Oeuvres De Mr. Mariotte

Edme Mariotte, 1717

Edme Mariotte (1620-1685) was a French priest, physicist, and a founding member of l'Académie des sciences de Paris (1666). The early life of Edme Mariotte is almost unknown. He may have stayed most of his life in Dijon, or he was prior of St Martin sous Beaune. His title of "Sieur de Chazeuil" was probably inherited from his older brother, Jean. From 1654 till 1658 he worked as a physics teacher, but what drew attention from Jean-Baptist Colbert (minister of finances from Louis XIV) to join the Academy was a discussion of Claude Perrault’s theory of the vegetation of plants where the academy asked for both to do more experiments. In 1668, Mariotte published Nouvelle Dé couverte touchant la vue, a treatise dedicated in finding the blind spot of the eye, and in 1670 he moved to Paris to dedicated himself in the activities of the Academy.

Mariotte's interests were among the widest variety: he dealt with solids and fluid mechanics, optics, hydrodynamics, vision, colors, weather forecasting, and published several treatises on these topics. He is most known for the blind spot of the eye, the Boyle-Mariotte's Law (at constant temperature, pression and the volume of the gas are inversely proportional), and his experiments with pendulums (Newton’s pendulum). But his most famous treatise was posthumous: he died 1684 and the Traité du mouviment des eaux et des autres corps fluides was published in 1686 in Paris, in French. A second edition in French was published in 1700, by Philippe de La Hire. In 1723 a third edition was published in Braun and translated to German by Johann Christoph Meinig. Whereas, the first English translation was published in 1680, with the title A treatise of the motion of water and other fluid bodyes, and a German translation appeared in 1723 entitled Des Weyland vortrefflichen Herrn Mariotte. Grund-Lehren Der Hydrostatick.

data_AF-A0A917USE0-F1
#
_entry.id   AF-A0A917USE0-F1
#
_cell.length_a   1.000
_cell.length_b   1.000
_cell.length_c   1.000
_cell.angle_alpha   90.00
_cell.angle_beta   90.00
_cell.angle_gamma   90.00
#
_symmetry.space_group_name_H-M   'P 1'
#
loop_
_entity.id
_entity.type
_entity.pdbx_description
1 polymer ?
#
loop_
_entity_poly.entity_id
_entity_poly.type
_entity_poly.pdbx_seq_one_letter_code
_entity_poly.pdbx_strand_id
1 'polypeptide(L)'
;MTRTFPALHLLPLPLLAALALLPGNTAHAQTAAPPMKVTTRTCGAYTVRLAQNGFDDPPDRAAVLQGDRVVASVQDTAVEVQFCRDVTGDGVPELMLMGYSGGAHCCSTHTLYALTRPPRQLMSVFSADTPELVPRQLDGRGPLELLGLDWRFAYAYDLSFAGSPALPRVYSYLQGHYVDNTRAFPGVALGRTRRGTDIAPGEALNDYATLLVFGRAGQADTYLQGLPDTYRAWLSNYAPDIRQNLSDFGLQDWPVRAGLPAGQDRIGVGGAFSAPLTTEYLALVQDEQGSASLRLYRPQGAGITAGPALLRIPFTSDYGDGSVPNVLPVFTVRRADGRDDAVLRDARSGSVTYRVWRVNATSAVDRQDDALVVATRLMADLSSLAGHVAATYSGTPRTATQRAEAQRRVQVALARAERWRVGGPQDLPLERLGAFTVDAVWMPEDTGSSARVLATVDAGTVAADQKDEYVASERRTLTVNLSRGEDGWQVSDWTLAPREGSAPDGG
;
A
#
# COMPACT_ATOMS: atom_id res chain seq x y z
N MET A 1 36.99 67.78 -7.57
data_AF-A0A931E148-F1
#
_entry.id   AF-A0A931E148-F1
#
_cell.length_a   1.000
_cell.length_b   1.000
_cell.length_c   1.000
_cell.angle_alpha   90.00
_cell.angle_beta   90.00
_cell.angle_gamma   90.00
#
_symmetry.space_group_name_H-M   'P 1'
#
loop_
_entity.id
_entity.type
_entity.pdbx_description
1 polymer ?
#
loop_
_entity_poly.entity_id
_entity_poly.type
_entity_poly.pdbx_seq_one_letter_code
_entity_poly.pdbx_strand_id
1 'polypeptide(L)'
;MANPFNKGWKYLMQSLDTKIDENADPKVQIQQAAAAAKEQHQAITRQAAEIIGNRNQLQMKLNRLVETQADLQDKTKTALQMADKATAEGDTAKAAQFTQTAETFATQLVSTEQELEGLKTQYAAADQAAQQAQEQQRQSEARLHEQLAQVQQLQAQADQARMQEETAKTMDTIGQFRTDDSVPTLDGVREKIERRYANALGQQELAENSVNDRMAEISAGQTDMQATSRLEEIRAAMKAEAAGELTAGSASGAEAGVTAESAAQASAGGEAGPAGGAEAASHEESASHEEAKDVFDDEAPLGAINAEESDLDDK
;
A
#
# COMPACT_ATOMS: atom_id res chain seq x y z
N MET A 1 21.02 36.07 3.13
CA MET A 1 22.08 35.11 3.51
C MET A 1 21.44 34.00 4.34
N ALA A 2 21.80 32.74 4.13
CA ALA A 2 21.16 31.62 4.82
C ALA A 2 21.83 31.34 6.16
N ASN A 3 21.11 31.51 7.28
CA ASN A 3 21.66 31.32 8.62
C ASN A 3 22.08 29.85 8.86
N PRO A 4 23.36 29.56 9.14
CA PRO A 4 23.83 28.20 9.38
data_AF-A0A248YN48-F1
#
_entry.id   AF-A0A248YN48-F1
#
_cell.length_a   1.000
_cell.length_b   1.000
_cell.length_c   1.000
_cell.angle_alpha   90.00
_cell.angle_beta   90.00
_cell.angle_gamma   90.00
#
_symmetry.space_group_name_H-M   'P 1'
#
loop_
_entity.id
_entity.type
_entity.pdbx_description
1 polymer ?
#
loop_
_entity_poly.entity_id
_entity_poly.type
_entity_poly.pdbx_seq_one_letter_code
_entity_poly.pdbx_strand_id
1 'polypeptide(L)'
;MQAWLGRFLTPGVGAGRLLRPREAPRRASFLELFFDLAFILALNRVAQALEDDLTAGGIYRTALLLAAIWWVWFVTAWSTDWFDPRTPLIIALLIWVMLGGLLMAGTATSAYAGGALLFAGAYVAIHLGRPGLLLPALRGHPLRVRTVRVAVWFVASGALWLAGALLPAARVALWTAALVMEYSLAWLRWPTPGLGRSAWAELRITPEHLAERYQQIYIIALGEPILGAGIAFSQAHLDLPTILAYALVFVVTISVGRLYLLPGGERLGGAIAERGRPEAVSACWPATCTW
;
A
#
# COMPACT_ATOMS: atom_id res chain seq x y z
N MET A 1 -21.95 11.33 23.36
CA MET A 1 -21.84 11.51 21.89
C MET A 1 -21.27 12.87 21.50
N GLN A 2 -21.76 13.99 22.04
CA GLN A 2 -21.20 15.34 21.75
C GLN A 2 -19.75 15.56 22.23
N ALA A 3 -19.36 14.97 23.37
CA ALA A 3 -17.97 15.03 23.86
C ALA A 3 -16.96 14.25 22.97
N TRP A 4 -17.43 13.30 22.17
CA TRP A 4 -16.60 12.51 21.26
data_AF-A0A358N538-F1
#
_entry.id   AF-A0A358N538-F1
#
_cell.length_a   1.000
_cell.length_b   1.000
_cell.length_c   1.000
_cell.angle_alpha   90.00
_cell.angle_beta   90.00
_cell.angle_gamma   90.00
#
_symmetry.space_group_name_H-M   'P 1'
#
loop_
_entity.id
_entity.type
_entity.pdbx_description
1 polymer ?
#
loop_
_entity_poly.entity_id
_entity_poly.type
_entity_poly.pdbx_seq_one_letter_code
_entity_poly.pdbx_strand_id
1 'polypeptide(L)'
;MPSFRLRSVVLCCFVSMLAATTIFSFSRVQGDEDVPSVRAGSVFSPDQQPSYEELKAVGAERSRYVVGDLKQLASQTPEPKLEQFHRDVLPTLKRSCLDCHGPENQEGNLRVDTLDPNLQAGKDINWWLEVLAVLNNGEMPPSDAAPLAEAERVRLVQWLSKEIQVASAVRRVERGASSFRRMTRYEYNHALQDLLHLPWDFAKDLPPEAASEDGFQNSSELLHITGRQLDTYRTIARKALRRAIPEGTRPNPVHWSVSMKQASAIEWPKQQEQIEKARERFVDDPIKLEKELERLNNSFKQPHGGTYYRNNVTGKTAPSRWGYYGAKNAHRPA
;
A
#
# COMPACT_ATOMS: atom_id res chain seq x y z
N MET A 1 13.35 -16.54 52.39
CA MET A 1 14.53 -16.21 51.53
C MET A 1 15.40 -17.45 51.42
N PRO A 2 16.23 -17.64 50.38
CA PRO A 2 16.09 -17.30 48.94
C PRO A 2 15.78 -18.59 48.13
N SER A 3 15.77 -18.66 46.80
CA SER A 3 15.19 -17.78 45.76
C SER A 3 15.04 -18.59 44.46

The treatise Oeuvres de M. Mariotte, also published posthumously in 1717 in Paris (the second edition was 1740), contains all of Mariotte's treatises. This collection of works is divided into two volumes. The first concerns the work he carried out on the percussion or striking of bodies, in which the main rules of movement are explained and is divided into different chapters: “The vegetation of plants”, “The nature of the air”, “Of heat and cold” and “The nature of the colors”. The second volume is divided into several sections dealing with different topics: “Treatise of the movement of water and other fluid bodies”, “rules for water jets”, “new discovery affecting sight”, “treatise of levelling”, “treatise of the movement of pendulums”, “Experiences with touching colors and freezing water” and “test of logic containing the principles of physics”.

The discovers made during that time was extremally import to understand the movement of the water, and Mariotte's contribution was essential, as was that of his other contemporaries. The water, in the transition between Renascence to Baroque gardens meant movement, began to be an object of creativity, bringing about different rhythms and scenarios only possible because of these discoveries. Baroque gardens emerged between the 17th and 18th century and in Portugal examples can be seen in the Palace of Queluz, the Palace of Estói, Episcopal Palace in Castelo Branco, Convent of Santa Cruz do Buçaco and many others.

In Portugal, this treatise can be found at the library of the University of Coimbra.

Editions & translations

  • The first edition was published in 1717 in Paris.


[1] Costabel, P. (1986). Mariotte, savant et philosophe, 1684. Paris: Vrin.

[2] Baigrie, B. (2001). The Renaissance and the scientific revolution (1st ed.). New York: C. Scribner's Sons.

[3] Andrzej G. Pinar A. Edme Mariotte (1620-1684): Pioneiro da Neurofisiologia. Pesquisa de Oftalmologia. Julho-agosto de 2007; 52 (4): 443-451.